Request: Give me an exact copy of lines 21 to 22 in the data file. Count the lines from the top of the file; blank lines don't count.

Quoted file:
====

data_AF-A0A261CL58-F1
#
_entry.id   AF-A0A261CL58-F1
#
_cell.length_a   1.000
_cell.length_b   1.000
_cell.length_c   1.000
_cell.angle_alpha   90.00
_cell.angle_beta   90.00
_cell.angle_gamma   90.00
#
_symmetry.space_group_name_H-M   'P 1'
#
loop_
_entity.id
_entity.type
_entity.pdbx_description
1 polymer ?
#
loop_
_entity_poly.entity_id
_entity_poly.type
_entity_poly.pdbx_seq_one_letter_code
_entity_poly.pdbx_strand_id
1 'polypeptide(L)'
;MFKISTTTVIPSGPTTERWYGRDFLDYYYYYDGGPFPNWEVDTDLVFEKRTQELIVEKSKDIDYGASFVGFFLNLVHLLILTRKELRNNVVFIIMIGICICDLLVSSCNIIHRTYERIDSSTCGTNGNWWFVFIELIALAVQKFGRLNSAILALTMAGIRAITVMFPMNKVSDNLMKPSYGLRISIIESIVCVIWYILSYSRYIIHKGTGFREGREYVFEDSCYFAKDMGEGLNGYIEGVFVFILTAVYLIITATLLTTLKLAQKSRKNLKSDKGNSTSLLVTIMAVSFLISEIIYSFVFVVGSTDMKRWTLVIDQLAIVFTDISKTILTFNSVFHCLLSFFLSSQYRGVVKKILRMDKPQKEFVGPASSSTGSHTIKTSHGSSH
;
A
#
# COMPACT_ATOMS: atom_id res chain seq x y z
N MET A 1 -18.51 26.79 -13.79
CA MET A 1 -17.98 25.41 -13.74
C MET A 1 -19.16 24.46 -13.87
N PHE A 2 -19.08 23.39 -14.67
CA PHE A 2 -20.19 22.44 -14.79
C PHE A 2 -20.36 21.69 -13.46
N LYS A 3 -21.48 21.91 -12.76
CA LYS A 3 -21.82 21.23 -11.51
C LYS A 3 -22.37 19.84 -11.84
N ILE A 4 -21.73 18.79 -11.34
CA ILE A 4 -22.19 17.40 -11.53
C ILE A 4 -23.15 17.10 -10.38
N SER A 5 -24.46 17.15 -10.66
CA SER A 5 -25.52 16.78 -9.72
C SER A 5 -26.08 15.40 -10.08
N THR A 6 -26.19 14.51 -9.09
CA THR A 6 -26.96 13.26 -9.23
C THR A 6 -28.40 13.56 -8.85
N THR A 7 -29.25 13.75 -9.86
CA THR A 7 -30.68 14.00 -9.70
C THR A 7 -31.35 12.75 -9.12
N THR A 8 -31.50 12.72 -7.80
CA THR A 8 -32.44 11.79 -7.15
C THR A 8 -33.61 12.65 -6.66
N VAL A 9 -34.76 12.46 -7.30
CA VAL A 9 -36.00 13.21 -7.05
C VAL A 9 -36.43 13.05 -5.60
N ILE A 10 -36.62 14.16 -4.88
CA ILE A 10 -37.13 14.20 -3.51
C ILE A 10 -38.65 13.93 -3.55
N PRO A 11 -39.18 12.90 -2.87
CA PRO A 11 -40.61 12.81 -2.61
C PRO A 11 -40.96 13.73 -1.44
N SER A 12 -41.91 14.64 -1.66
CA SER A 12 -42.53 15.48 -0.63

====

_entity_poly.entity_id
_entity_poly.type